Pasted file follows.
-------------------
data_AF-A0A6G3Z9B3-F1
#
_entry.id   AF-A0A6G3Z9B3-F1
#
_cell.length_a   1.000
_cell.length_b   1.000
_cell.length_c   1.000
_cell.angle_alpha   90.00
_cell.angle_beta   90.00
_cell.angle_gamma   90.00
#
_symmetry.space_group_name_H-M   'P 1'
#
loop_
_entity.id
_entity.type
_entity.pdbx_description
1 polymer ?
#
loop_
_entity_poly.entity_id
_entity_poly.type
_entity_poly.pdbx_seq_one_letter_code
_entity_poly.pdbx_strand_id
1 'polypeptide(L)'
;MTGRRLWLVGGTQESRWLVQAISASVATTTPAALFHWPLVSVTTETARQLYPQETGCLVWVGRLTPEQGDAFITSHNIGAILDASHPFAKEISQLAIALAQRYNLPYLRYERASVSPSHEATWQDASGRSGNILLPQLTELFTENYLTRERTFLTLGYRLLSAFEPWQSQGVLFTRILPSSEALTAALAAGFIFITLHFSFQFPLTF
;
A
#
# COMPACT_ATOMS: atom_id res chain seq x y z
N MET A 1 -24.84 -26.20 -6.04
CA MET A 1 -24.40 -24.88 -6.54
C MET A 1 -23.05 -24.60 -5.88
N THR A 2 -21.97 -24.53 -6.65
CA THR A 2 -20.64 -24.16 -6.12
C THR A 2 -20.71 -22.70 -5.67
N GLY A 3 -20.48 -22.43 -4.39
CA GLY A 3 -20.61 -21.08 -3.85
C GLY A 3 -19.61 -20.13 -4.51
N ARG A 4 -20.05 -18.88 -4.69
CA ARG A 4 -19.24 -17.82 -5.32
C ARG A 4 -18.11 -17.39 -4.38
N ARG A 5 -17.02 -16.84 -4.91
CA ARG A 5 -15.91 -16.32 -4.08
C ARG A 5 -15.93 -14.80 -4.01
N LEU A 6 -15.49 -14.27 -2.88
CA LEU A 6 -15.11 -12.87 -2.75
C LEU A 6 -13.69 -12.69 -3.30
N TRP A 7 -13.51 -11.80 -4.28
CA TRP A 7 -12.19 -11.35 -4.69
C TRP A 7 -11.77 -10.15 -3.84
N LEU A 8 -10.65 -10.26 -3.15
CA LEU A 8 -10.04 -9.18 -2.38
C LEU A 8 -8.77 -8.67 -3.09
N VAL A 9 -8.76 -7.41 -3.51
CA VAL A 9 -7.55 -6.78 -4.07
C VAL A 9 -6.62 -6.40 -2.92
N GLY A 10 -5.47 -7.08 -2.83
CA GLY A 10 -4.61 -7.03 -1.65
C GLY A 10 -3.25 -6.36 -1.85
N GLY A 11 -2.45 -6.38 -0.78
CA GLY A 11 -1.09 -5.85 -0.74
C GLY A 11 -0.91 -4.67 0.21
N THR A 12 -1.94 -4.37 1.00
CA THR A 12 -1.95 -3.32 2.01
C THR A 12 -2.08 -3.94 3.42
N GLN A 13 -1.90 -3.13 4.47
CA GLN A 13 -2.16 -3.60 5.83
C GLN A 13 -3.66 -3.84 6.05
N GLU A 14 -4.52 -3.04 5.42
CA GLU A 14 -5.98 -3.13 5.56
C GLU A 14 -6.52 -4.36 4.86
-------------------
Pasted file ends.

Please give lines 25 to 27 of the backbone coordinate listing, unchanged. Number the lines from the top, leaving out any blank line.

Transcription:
1 'polypeptide(L)'
;MTGRRLWLVGGTQESRWLVQAISASVATTTPAALFHWPLVSVTTETARQLYPQETGCLVWVGRLTPEQGDAFITSHNIGAILDASHPFAKEISQLAIALAQRYNLPYLRYERASVSPSHEATWQDASGRSGNILLPQLTELFTENYLTRERTFLTLGYRLLSAFEPWQSQGVLFTRILPSSEALTAALAAGFIFITLHFSFQFPLTF
;